August 18, 2017
Another Industry’s Time Has Come
Everyone who cares about animals was disappointed to see the charges against Marineland dropped last week. Later, we were alarmed to hear about yet another round of complaints about Papanack Zoo stemming from shocking undercover footage of the conditions there.
Papanack is closer to home. In fact, it is just outside of the jurisdiction of the OHS in an area long-served by the OSPCA. Of course, many of the zoo’s visitors are from Ottawa, and we have received many dozen complaints about it over my 17 years at the OHS; all were passed on to the OSPCA when received.
Across the country most complaints about these profit-making operations are based on the kind of limited protections available to animals under current legislation, such as access to food, water, shelter, etc. But here’s the thing: these issues are beside the point. Let’s move beyond whether animals in zoos and aquaria are cared for to a minimally acceptable standard and agree that their time is over. Like their travelling cousins, the circuses, the time of zoos and aquaria has passed. We know better now. Animals need more than food and water. They need to be with their own species. They need to live in social groups. They need to express natural behaviours.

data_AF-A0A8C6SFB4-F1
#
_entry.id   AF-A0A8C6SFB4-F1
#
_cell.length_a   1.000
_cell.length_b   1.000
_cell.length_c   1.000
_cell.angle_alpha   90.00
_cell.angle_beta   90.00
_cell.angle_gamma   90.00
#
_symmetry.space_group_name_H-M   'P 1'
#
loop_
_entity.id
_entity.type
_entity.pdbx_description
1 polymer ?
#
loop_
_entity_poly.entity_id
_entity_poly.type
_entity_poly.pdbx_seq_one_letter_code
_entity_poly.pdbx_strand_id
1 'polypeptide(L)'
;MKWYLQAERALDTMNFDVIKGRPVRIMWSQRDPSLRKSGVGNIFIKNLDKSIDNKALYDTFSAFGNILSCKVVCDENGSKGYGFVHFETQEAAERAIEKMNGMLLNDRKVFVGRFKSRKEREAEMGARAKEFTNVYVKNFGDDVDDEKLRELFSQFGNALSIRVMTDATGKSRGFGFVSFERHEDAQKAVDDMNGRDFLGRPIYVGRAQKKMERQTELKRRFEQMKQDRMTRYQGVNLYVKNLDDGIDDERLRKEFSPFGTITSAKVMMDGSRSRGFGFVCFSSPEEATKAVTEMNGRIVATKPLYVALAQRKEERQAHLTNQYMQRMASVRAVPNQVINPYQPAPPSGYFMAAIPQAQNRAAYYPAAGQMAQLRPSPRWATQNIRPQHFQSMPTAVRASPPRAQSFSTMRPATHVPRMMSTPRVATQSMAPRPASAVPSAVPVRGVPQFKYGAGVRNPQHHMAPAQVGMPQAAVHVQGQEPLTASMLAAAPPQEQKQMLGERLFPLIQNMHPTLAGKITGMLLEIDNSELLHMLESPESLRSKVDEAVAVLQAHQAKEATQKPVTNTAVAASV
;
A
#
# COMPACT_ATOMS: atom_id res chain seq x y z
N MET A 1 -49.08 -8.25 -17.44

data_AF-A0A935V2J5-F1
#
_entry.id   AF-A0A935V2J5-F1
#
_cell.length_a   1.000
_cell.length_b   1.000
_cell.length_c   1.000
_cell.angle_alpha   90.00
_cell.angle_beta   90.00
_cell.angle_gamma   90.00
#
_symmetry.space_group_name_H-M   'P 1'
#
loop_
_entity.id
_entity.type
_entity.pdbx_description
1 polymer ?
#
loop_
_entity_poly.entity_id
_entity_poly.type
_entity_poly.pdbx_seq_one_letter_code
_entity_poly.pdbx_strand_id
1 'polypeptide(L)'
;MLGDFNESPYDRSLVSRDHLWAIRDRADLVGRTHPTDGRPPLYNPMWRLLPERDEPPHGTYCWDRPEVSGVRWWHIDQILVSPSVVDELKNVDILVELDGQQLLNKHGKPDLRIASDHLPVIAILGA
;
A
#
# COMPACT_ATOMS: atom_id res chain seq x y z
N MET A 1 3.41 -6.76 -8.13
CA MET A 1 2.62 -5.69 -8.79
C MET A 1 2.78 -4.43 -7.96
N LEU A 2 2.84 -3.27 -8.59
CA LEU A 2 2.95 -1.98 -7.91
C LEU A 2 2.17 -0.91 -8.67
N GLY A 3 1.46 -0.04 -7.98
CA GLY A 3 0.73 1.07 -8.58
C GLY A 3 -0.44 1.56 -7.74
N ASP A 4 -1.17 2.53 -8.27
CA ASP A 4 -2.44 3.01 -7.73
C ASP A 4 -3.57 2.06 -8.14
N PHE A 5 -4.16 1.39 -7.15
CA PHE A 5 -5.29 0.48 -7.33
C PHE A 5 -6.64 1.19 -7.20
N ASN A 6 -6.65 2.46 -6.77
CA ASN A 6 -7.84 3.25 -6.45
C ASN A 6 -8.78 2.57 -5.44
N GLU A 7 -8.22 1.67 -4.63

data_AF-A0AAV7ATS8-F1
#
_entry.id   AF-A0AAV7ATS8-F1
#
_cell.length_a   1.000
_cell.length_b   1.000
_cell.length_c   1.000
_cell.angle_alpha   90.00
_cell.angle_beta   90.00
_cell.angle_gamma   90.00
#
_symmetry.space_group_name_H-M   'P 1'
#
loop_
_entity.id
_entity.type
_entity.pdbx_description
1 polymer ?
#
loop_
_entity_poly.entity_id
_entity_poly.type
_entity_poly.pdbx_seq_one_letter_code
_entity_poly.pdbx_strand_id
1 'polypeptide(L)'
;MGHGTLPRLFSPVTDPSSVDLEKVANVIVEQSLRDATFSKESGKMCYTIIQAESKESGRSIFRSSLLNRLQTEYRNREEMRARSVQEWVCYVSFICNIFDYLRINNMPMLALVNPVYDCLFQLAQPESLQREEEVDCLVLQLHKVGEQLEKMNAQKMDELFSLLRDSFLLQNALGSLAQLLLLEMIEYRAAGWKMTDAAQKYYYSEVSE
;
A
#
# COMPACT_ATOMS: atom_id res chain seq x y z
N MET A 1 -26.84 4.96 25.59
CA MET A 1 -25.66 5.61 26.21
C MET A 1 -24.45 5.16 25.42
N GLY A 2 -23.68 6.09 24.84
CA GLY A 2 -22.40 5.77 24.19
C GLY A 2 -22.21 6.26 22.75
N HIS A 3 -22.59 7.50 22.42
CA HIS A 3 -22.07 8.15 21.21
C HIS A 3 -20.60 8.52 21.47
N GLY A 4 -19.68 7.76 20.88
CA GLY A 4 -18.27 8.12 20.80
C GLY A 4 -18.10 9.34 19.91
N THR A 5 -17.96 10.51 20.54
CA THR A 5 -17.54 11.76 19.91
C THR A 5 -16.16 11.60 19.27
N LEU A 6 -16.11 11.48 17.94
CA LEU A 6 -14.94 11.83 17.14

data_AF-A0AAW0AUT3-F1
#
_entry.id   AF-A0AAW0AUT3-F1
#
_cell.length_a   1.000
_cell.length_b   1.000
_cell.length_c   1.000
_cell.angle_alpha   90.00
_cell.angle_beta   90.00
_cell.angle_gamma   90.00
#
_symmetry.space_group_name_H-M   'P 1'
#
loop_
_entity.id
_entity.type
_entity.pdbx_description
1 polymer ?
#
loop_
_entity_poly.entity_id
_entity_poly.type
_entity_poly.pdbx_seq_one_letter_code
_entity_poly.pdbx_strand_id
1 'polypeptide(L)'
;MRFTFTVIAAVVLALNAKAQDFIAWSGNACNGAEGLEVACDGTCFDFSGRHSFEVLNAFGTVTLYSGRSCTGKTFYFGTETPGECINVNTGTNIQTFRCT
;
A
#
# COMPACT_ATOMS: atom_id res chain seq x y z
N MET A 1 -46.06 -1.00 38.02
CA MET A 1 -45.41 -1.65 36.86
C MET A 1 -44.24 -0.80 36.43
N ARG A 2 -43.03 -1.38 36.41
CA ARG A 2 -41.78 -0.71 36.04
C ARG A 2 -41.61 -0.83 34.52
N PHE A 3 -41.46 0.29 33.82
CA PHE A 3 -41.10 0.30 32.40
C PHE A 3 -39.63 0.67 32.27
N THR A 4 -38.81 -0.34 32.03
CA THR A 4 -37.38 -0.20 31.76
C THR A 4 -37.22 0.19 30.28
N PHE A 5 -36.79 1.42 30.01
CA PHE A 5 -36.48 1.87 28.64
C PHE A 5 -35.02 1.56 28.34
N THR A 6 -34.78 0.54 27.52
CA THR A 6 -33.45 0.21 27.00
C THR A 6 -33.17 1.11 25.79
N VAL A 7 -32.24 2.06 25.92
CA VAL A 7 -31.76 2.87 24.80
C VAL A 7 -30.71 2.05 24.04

That is why we are supporting the call from our national partner, the Canadian Federation of Humane Societies, for the formation of a federal/provincial task force to study the high number of animal deaths in Canada’s zoos, aquaria and other captive wildlife facilities and to determine a new animal protection framework for the industry. We hope that this process will result in real change. And, I hope, one day the end to these inherently inhumane businesses.